"One is not condemned to a perpetual present, nor to the immediacy of seemingly random, unconnected signifiers. In summary, one is here because one has remembered to be here." (Tony Tost, IB, p. 46)
"If it is any consolation, we admire the early work of John Ashbery./If it is any consolation, you won't feel a thing." (Ben Lerner, LF, p. 59)
The question on the table is whether the desire for solidity is more moral than the desire for (or acceptance of) brokenness, fluidity, fragmentation. The extra credit question is what bearing this has on the work of John Ashbery. I think it is safe to say that contemporary American poetry is situated willy-nilly in the anxiety of this question. Indeed, it may mark the "crisis" that the lyric faces today. I don't really know, but by putting it in these terms, it becomes possible to deal with question as part of my attempt to understand Harold Bloom's A Map of Misreading.
Sandra and I have been talking not so much about anxiety as phobia, but they are surely related. The question can be put as follows: does the strategy that allows Amber, and not Sandra, to get on a plane without fear resemble the strategy that, not only gives Ashbery's work its distinctive voice, but also continues to favour him with a long life? Like Laura, I'm not at all sure that "the idea that Ashbery somehow has allowed the fluidity of his language to keep him afloat" is the key to understanding his work or his longevity. But Bloom does say that "Ashbery's mingled strength and weakness, indeed his deliberate pathos, is that he knowingly begins where Childe Roland ended, 'free to wander away' yet always seeing himself as living 'the history of someone who came too late' while sensing that 'the time is ripe now'" (MM, p. 205-6). He says that "Ashbery's turnings-against-the-self are wistful and inconclusive, and he rarely allows a psychic reversal any completeness" (205). Finally, he speaks of Ashbery's "heroic and perpetual self-defeat" as his "finest achievement" (206). Ashbery is certainly no paragon of solidity, but Bloom is right to suspect him of immortality.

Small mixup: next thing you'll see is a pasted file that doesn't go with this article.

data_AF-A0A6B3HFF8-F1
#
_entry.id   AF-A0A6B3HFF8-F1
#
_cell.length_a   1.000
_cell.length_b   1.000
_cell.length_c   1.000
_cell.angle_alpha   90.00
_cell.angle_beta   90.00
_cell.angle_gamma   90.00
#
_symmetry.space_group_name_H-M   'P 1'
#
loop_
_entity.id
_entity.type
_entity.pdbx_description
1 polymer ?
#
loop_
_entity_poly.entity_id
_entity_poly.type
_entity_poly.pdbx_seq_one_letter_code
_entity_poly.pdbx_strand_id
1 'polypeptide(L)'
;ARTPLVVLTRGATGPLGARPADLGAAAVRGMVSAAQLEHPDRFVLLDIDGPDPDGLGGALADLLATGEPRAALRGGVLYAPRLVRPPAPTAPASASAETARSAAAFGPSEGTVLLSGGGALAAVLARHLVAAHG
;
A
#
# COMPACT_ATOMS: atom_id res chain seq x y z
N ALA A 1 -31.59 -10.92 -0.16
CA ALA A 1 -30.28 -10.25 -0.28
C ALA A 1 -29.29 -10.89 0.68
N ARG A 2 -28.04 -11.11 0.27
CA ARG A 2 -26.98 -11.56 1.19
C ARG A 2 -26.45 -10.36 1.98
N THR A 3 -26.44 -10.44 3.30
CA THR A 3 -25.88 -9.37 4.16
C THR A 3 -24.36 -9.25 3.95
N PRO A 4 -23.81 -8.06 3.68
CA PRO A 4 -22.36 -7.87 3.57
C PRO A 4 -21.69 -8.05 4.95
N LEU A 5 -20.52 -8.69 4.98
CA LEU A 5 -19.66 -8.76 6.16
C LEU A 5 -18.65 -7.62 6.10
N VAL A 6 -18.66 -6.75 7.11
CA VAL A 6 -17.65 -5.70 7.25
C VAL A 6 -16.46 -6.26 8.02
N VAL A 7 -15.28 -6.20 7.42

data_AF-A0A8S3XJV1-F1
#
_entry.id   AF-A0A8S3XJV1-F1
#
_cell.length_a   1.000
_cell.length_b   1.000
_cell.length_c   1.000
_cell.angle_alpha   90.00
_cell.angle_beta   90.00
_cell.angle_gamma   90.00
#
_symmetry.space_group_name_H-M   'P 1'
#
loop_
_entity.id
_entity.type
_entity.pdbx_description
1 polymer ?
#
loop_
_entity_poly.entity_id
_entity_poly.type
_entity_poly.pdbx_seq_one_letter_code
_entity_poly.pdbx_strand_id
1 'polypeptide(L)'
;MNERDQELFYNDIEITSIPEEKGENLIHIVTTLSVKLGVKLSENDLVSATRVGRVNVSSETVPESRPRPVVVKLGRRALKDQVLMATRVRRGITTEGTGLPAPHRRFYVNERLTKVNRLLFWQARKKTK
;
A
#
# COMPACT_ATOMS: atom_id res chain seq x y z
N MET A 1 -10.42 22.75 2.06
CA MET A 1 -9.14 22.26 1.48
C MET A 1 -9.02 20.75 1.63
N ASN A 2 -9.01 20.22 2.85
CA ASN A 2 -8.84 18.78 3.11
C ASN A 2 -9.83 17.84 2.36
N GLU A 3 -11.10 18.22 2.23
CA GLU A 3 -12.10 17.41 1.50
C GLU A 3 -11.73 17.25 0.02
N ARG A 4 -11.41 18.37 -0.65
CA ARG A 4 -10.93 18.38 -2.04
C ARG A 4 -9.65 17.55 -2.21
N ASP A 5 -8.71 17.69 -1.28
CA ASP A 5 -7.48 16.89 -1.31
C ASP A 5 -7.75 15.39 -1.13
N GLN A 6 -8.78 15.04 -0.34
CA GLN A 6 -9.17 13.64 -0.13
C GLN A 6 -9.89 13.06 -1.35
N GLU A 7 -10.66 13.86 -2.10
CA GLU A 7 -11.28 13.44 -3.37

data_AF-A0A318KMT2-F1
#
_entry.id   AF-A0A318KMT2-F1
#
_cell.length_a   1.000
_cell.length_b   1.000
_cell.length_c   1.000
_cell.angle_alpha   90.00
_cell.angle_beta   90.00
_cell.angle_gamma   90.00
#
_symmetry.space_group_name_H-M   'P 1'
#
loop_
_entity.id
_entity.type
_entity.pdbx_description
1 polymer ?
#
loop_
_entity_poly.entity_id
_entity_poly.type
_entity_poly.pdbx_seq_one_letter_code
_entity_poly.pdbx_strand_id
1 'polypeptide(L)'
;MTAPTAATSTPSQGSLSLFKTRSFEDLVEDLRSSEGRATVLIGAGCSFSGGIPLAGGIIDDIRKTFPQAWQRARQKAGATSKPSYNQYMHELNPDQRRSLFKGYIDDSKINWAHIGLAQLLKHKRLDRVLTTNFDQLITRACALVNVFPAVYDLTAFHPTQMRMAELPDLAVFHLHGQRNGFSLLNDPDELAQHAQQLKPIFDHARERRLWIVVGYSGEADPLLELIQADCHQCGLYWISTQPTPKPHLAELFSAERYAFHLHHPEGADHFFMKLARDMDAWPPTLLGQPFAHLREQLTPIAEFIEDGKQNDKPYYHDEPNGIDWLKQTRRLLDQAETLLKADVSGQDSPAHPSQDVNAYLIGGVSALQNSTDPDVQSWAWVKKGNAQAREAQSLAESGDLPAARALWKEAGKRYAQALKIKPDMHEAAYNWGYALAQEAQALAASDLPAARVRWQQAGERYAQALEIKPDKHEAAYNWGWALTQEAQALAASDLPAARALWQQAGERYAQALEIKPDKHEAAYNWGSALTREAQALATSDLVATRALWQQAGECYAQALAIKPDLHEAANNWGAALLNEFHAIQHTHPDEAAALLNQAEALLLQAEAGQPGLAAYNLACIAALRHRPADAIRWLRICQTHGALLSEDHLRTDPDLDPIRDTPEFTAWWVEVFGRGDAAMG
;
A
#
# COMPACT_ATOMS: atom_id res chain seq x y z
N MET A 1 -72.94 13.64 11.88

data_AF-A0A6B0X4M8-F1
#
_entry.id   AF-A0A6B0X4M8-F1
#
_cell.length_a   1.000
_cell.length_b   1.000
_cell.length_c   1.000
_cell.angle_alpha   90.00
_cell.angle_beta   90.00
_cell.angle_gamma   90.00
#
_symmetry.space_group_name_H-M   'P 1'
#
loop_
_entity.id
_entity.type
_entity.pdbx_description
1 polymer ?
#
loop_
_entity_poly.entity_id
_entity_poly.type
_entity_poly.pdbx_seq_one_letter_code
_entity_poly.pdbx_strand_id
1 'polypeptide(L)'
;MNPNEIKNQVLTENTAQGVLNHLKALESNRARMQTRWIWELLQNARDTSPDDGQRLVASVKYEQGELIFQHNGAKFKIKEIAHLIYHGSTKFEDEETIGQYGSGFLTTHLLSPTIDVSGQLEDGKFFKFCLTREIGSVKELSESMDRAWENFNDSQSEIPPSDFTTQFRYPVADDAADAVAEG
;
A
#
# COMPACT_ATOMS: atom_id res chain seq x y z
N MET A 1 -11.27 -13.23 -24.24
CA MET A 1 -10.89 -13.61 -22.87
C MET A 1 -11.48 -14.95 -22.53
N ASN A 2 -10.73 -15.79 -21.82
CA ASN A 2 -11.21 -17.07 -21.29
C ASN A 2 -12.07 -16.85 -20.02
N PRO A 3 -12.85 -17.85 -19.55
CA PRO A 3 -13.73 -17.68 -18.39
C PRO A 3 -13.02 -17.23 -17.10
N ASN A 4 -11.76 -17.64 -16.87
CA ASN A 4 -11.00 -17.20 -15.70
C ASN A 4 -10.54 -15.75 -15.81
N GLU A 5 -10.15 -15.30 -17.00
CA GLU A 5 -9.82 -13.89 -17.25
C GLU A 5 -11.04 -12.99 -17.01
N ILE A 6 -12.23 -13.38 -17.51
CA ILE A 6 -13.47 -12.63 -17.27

Let me now make the presumptuous and premature assumption that Tony Tost is struggling with Ashbery's influence in a productively anxious way. (I don't actually think Ashbery is the best candidate for a precursor, but it's probably not totally off the mark. And it seems likely that the greatest poet of Tony's generation, which Tony may yet turn out to be, will be great in some measure as he measures up to Ashbery.) In the context of our discussion about the fear of flying, the following passage from Invisible Bride is quite striking:
Some folks are unable to talk on the phone in a noisy office or airport while others can make a call from anywhere. Some folks break the phone because they are afraid it will ring. My father feared the ferry-boat that took us to our summer vacation home; when the horn blew he would throw himself on an imaginary sword. During my lifetime, I've made at least 200,000 observations. For example, often clouds just disappear. (IB, p. 35; also in Story South)
Here the anxiety of 200,000 observations, which may be weighed against the "120,000 playground injuries" on page 3, setting the nervous energy of phobic experience against the objectifying gaze of governmentality, is resolved in the fact that, sometimes, clouds simply vanish, and we may recall here, too, that on page 3, the poet, "like a cloud", is said to "serve a large population".
"I have seen the greatest minds of my generation ..." vanish into anxiety, histrionic in a naked insistence on no-self. I'm not altogether without compassion (empathy even) but I am not sure that it's the direction poetry and the polity are going. We must simply remember to be here, if that's any consolation.